MOSCOW — Prime Minister Valentin S. Pavlov called Monday for "old-style coercion" to impose order on the collapsing Soviet economy and indicated that the government intends to crack down hard on strikers and disobedient managers in the coming phase of its economic reforms.
Pavlov, presenting the Soviet government's latest "anti-crisis" program Monday to the national legislature, argued that to get through the tough times ahead, with production and national income plummeting, "what we need is order and discipline."
The Soviet economy, already disintegrating at an alarming rate amid tortuous efforts at reform, has been rocked further in the last two months by a coal miners' strike that has crippled the metallurgy industry.
Strikers are also blocking railroads in the southern republic of Georgia. Dockworkers in the Lithuanian port of Klaipeda and about 3,000 Siberian gold miners stayed off the job Monday. The formerly docile republic of Byelorussia has erupted in repeated walkouts, and Russian Federation workers plan a one-hour warning strike on Friday to protest price increases.
Pavlov said that defiant factory managers who have broken their contracts this year are also destroying the economy. He estimated that only 55% of business contracts have been honored in the first part of this year despite agreements to maintain longstanding economic ties.
In those cases, "I think we should just apply our power," he said. "Apply the old-style coercion."
Asked at a midday news conference about the government's plans to stop the wave of strikes, the heavy-set, brush-cut Pavlov smiled and said, "We know what to do, but we want to do it legally." His plan proposes a ban on politically motivated walkouts.
Pavlov also suggested introducing a state of emergency in the most troubled and vital sectors of the economy, including energy and transportation, and he would hold workers and managers who refuse to obey government commands "economically and criminally responsible."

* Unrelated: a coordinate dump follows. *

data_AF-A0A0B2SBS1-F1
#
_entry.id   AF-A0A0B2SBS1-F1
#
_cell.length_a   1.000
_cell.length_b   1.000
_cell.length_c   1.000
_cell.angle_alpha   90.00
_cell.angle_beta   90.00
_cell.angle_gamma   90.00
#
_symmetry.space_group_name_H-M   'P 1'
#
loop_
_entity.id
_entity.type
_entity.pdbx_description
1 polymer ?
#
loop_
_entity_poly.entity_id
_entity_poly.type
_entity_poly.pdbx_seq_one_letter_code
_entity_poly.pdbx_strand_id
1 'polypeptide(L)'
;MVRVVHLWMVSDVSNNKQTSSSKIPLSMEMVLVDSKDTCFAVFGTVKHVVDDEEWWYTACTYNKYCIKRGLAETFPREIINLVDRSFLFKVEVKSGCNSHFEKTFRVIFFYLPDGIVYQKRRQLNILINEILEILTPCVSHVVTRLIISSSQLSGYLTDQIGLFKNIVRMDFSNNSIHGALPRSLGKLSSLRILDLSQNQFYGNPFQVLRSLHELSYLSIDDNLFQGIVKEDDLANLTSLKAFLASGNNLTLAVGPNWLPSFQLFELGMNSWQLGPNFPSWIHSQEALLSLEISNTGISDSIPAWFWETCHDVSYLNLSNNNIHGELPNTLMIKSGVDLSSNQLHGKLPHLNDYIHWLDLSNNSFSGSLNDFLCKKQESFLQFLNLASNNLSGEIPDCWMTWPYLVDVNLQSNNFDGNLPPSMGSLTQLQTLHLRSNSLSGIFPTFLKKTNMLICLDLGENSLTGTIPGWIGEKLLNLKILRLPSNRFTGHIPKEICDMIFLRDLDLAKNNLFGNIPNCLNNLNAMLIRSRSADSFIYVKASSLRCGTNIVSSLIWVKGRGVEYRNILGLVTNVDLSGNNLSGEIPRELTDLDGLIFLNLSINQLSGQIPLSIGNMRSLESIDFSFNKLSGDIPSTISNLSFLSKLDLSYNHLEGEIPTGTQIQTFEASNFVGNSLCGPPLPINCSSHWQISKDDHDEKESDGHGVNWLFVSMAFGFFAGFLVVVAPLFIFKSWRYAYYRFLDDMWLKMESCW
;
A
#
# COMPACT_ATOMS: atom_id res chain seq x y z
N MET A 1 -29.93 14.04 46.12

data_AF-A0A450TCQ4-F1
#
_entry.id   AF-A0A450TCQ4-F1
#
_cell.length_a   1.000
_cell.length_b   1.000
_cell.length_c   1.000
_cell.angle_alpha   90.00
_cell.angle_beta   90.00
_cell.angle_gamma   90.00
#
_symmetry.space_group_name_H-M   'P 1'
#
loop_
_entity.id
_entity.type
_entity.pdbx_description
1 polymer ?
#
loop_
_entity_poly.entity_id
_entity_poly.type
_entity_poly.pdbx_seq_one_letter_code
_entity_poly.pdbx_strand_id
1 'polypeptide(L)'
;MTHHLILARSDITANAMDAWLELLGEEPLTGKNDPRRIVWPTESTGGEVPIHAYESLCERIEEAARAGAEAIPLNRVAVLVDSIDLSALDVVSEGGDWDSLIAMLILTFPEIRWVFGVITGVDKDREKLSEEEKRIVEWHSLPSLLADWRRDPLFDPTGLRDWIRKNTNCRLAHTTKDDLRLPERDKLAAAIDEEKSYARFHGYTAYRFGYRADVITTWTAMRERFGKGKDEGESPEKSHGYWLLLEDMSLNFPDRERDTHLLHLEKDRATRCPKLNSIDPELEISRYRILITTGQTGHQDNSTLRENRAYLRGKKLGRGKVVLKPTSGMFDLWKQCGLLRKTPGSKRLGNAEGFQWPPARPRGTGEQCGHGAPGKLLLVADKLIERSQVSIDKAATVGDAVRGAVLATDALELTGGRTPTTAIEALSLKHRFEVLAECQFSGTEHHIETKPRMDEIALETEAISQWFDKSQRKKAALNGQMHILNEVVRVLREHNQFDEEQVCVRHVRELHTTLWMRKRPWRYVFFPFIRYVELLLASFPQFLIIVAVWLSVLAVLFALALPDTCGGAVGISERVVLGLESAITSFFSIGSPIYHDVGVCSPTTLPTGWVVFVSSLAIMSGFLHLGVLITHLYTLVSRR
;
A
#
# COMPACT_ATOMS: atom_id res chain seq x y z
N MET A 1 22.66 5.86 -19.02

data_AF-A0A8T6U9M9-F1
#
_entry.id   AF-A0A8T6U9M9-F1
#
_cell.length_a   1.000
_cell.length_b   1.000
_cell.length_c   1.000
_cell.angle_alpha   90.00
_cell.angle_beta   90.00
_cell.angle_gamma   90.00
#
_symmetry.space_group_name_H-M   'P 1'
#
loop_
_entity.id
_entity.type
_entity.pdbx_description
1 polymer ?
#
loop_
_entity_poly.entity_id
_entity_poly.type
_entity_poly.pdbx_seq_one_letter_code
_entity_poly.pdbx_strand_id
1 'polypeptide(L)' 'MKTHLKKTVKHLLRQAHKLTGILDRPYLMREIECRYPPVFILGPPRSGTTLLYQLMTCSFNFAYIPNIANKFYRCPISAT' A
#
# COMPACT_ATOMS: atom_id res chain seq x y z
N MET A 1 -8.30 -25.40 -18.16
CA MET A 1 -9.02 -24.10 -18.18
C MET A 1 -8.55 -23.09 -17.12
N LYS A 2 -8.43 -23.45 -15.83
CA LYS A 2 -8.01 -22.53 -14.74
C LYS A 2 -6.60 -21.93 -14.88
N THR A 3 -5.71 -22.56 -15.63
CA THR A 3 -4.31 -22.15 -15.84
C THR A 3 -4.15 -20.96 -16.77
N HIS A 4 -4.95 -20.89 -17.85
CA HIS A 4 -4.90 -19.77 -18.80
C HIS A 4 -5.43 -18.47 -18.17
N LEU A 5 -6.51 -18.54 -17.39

The prime minister disclosed that there have been attacks recently on Soviet power plants, although he refused to provide details, and he asserted that many coal miners want to go back to work but are being blocked by striking colleagues.
Soldiers or police "cannot make anyone work," he said. "But by applying force you can give people the possibility to work."
Pavlov acknowledged that critics claim his government is "trying to stifle democracy," but he declaimed vehemently, to loud applause from deputies, "Democracy without discipline does not exist in nature."
President Mikhail S. Gorbachev looked on silently as Pavlov presented the plan. He told reporters later: "There are a lot of positive things in this program. It is realistic and concrete."
Gorbachev has taken to the podium himself to defend his economic plans in the past, but he appeared Monday to be saving his ammunition for later in the week--perhaps waiting for the outcome of Wednesday's Communist Party plenum, at which his party leadership is expected to face serious challenges.
Gorbachev said that his party comrades had seriously questioned the Pavlov plan's elements of radical reform.
"Comrades have made comments like, 'Isn't it too much of a turn toward liberalization of the economy, toward capitalization?' And, 'What will the consequences be?' " he said.
But lawmakers at the Supreme Soviet offered only mild criticism of the Pavlov plan as discussion began on Monday, in sharp contrast to the virulent objections that past government plans have evoked.
One deputy, Vladimir Karyagin from Tadzhikistan, complained that it makes no sense for Pavlov, who, as the former finance minister "played one of the first violins" in the Cabinet that got the country into its current troubles, to pretend now to the role of national savior.
"The country is not only at the edge of an abyss but already hanging above it," Karyagin said.
But the Pavlov plan, which was discussed at length last week in legislative committees, appeared likely to pass easily in the Supreme Soviet.
Rafik Nishanov, chairman of one of the legislature's two chambers, said he believes deputies realize that there is simply no time to quibble over details.
"There is such a situation of economic, social and political crisis in the country that there's no time for additional discussion," he said. "This is a tough program--it will hit workers' pockets even harder--but for the sake of the future it must be supported."
The Pavlov program provides for one-third of small stores and businesses to be privatized--sold by the government to individual owners--by the end of this year, and two-thirds by the end of 1992. It would free prices from state control by the end of 1992 and open the country to extensive foreign investment.
Pavlov has promised that if all goes well and people work hard, food supplies could be regularized and prices on their way down by October.